Monitor’s Take: While this is also a contentious issue, thankfully it won’t be one that Council debates or votes on today.
Item 44: Authorize the negotiation and execution of an amendment to the Interlocal Agreement the Texas Department of Transportation for the relocation and improvement of water and wastewater utilities in connection with the TxDOT-Loop 1 Roadway Improvements Project from Davis Lane to La Crosse Avenue, to increase the amount by $587,162.61, for a total contract amount not to exceed $2,407,245.56.
Monitor’s Take: The last time this came up, Council Member Ellen Troxclair was visibly stunned that it was postponed over environmental concerns. This time around, she is undoubtedly more prepared, which means a fight may not be guaranteed (nothing is guaranteed) but it’s certainly likely.
Item 56: Approve a resolution authorizing the submittal of a list of potential transportation projects as candidates for the Capital Area Metropolitan Planning Organization (CAMPO) 2019-2022 Call for Projects administered by CAMPO and the Texas Department of Transportation.
Monitor’s Take: Again, this is an item unlikely to kick up much dust on a very dusty day, but we might as well point out that it represents $335 million in transportation funding for the city, because that’s a lot of money.
Item 63: Approve a resolution directing the City Manager to postpone implementation of certain Parks and Recreation Department Fee Schedule changes and engage with stakeholders to mitigate the negative impacts of those changes.
Monitor’s Take: Basically, this puts a hold on proposed recreation/senior center use fees defined in the Parks and Recreation Department Fiscal Year 2017-18 Fee Schedule for the Conley-Guerrero Senior Activity Center, Lamar Senior Activity Center and the South Austin Senior Center until April 1, 2018, while staff works to determine whether the increases do more harm than good.
Item 67: Approve a resolution directing the City Manager to recommend an analytic process to determine an appropriate compensation that property owners would provide to the City to demolish single-family and multi-family residential structures.
Monitor’s Take: Here’s another swing at stemming demolitions in the city. This one would initiate a stakeholder process to revamp the current system based on a recent audit that showed there were serious problems with how demolitions are currently managed.
Item 68: Discussion and possible action regarding the appointment of a City Manager.
Monitor’s Take: Is today the day? Stay tuned to find out.
Item 84: C14H-2017-0112 – Driskill Hotel – District 9 – Conduct a public hearing and approve an ordinance amending City Code Title 25 by rezoning property locally known as the Driskill Hotel, 604 Brazos Street, from Central Business (CBD) district to Central Business – Historic Landmark (CBD-H) combining district zoning.
Monitor’s Take: OMG, the Driskill does not already have historic zoning?
Item 87: Authorize negotiation and execution of a concession agreement with Host International, Inc. and its joint venturers (Host) or one of the other qualified offerors to the Request for Proposals for Terminal Concessions (RFP-8100-ABIA-004), to lease, design, construct, operate, and maintain a food, beverage, and retail concession at Austin-Bergstrom International Airport for a term not to exceed ten years. (Note: This contract will be awarded in compliance with the Federal Aviation Administration’s Airport Concessions Disadvantaged Business Enterprise (ACDBE) Program requirements (49 CFR Part 23) by meeting the goals with 25.00% ACDBE participation.)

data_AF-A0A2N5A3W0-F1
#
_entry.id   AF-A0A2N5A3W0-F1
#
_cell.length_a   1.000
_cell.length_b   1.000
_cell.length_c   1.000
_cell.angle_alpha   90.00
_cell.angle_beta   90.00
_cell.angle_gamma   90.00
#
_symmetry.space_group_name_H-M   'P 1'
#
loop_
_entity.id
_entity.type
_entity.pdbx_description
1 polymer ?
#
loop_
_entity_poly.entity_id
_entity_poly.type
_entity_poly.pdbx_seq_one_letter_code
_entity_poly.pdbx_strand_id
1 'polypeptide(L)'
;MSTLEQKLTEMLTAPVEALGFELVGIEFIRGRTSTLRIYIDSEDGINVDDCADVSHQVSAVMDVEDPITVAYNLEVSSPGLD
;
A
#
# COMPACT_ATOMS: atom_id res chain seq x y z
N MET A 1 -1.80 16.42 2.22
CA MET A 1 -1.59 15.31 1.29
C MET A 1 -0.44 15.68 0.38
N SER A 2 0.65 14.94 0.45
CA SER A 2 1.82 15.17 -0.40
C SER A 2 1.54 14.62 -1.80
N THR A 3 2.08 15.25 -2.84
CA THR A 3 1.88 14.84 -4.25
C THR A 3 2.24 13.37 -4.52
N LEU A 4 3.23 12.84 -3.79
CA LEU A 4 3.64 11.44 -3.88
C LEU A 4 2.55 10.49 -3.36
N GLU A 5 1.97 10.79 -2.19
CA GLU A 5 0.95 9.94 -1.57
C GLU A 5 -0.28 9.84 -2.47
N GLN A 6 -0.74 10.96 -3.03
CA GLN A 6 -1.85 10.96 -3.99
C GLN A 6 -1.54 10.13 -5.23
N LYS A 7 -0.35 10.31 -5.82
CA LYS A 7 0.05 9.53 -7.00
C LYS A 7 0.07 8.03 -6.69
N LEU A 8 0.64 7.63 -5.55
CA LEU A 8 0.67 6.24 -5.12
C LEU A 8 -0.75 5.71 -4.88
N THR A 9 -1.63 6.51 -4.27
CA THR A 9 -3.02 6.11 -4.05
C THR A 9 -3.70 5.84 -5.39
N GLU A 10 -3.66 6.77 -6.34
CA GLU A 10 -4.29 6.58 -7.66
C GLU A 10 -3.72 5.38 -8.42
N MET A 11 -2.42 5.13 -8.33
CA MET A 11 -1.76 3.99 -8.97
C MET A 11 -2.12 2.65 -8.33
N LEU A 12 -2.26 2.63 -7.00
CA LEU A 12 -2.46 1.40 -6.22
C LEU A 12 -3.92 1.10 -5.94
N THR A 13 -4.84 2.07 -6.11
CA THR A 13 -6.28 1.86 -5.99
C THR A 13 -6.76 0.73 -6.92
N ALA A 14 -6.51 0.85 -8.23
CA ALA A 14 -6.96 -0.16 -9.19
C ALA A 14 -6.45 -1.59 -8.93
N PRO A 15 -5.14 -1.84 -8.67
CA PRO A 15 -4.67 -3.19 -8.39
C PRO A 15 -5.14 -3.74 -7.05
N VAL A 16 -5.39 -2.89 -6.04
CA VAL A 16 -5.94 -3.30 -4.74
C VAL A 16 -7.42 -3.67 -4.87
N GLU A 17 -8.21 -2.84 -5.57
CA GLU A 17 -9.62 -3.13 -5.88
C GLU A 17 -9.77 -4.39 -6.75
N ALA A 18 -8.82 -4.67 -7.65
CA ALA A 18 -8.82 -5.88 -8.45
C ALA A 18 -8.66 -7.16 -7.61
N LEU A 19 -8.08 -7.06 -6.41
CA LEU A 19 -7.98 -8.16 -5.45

Item 88: Authorize negotiation and execution of a concession agreement with XpresSpa Austin Airport, LLC and its joint venturers (XpresSpa) or one of the other qualified offerors to the Request for Proposals for Terminal Concessions (RFP-8100-ABIA-004), to lease, design, construct, operate, and maintain a food, beverage, and retail concession at Austin-Bergstrom International Airport for a term not to exceed ten years. (Note: This contract will be awarded in compliance with the Federal Aviation Administration’s Airport Concessions Disadvantaged Business Enterprise (ACDBE) Program requirements (49 CFR Part 23) by meeting the goals with 12.00% ACDBE participation.)
Monitor’s Take: Oh boy, another sleeper mess. This is the second time Council is taking up these airport concession contracts. The very Austin-y problem at the heart of these two items is “who is most Austin?” (and, P.S., how does scoring these contracts work?) This item has a time certain of 3:30 p.m.
Item 89: Authorize execution of an interlocal agreement with the Texas Facilities Commission for development of Phase One of the 2016 Texas Capitol Complex Master Plan.
Item 90: Approve an ordinance waiving fees in an amount not to exceed $6,800,000 and requirements related to the vacation of right of way, associated with the development of Phase One of the 2016 Texas Capitol Complex Master Plan.
Monitor’s Take: Council has questions, but how much say do they have over the answers?
Item 91: Discussion and action regarding the potential disclosure of records subject to a subpoena issued by the Ethics Review Commission in Complaint No. 20170425, in the matter of Nathan Wiebe, complainant, v. Margo Frasier, respondent.
Monitor’s Take: Truthfully, this is one of the issues we are most interested in at this very very long meeting. Council will have to weigh in on whether the Ethics Review Commission can demand the names of whistleblowers, which could set a chilling precedent, according to the city auditor.